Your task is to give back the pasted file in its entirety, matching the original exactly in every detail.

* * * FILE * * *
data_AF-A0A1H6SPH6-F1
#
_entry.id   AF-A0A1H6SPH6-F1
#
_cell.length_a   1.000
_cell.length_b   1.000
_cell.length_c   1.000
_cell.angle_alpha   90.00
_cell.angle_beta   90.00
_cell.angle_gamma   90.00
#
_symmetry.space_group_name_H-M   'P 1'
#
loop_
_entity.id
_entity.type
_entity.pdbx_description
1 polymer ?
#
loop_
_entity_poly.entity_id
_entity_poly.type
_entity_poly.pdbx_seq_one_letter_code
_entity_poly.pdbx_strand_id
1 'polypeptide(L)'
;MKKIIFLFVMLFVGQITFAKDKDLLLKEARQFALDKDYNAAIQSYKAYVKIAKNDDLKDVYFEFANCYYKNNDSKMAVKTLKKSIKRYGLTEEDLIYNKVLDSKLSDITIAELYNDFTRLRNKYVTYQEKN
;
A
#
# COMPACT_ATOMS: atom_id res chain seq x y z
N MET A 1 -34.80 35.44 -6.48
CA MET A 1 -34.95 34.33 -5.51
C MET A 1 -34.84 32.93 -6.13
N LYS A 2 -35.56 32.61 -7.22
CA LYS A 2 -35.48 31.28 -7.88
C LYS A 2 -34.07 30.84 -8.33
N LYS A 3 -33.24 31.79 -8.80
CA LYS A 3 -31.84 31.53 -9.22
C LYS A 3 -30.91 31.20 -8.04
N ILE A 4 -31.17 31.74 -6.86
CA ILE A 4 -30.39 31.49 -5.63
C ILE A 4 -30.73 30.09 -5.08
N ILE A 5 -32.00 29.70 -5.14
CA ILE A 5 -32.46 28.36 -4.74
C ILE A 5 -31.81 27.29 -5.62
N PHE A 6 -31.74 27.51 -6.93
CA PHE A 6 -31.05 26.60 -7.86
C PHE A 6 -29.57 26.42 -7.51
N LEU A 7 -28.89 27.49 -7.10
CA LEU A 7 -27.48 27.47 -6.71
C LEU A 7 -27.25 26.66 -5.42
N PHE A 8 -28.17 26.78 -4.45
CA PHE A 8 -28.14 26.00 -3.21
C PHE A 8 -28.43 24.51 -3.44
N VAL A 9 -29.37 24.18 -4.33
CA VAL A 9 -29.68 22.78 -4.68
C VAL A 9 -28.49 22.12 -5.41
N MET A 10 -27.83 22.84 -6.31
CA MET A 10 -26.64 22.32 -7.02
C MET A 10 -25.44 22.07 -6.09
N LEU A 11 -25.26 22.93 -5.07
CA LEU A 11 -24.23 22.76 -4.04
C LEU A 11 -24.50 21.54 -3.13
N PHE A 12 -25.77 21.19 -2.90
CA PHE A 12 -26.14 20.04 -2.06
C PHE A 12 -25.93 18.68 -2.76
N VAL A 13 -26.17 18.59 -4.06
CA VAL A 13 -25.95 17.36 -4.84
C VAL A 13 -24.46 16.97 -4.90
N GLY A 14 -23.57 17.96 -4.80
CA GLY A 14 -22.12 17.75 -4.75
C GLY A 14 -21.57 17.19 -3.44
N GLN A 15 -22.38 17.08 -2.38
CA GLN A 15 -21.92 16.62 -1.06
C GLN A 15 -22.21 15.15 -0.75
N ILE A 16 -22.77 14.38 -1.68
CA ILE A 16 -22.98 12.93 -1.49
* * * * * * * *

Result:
data_AF-A0A1H6SPH6-F1
#
_entry.id   AF-A0A1H6SPH6-F1
#
_cell.length_a   1.000
_cell.length_b   1.000
_cell.length_c   1.000
_cell.angle_alpha   90.00
_cell.angle_beta   90.00
_cell.angle_gamma   90.00
#
_symmetry.space_group_name_H-M   'P 1'
#
loop_
_entity.id
_entity.type
_entity.pdbx_description
1 polymer ?
#
loop_
_entity_poly.entity_id
_entity_poly.type
_entity_poly.pdbx_seq_one_letter_code
_entity_poly.pdbx_strand_id
1 'polypeptide(L)'
;MKKIIFLFVMLFVGQITFAKDKDLLLKEARQFALDKDYNAAIQSYKAYVKIAKNDDLKDVYFEFANCYYKNNDSKMAVKTLKKSIKRYGLTEEDLIYNKVLDSKLSDITIAELYNDFTRLRNKYVTYQEKN
;
A
#
# COMPACT_ATOMS: atom_id res chain seq x y z
N MET A 1 -34.80 35.44 -6.48
CA MET A 1 -34.95 34.33 -5.51
C MET A 1 -34.84 32.93 -6.13
N LYS A 2 -35.56 32.61 -7.22
CA LYS A 2 -35.48 31.28 -7.88
C LYS A 2 -34.07 30.84 -8.33
N LYS A 3 -33.24 31.79 -8.80
CA LYS A 3 -31.84 31.53 -9.22
C LYS A 3 -30.91 31.20 -8.04
N ILE A 4 -31.17 31.74 -6.86
CA ILE A 4 -30.39 31.49 -5.63
C ILE A 4 -30.73 30.09 -5.08
N ILE A 5 -32.00 29.70 -5.14
CA ILE A 5 -32.46 28.36 -4.74
C ILE A 5 -31.81 27.29 -5.62
N PHE A 6 -31.74 27.51 -6.93
CA PHE A 6 -31.05 26.60 -7.86
C PHE A 6 -29.57 26.42 -7.51
N LEU A 7 -28.89 27.49 -7.10
CA LEU A 7 -27.48 27.47 -6.71
C LEU A 7 -27.25 26.66 -5.42
N PHE A 8 -28.17 26.78 -4.45
CA PHE A 8 -28.14 26.00 -3.21
C PHE A 8 -28.43 24.51 -3.44
N VAL A 9 -29.37 24.18 -4.33
CA VAL A 9 -29.68 22.78 -4.68
C VAL A 9 -28.49 22.12 -5.41
N MET A 10 -27.83 22.84 -6.31
CA MET A 10 -26.64 22.32 -7.02
C MET A 10 -25.44 22.07 -6.09
N LEU A 11 -25.26 22.93 -5.07
CA LEU A 11 -24.23 22.76 -4.04
C LEU A 11 -24.50 21.54 -3.13
N PHE A 12 -25.77 21.19 -2.90
CA PHE A 12 -26.14 20.04 -2.06
C PHE A 12 -25.93 18.68 -2.76
N VAL A 13 -26.17 18.59 -4.06
CA VAL A 13 -25.95 17.36 -4.84
C VAL A 13 -24.46 16.97 -4.90
N GLY A 14 -23.57 17.96 -4.80
CA GLY A 14 -22.12 17.75 -4.75
C GLY A 14 -21.57 17.19 -3.44
N GLN A 15 -22.38 17.08 -2.38
CA GLN A 15 -21.92 16.62 -1.06
C GLN A 15 -22.21 15.15 -0.75
N ILE A 16 -22.77 14.38 -1.68
CA ILE A 16 -22.98 12.93 -1.49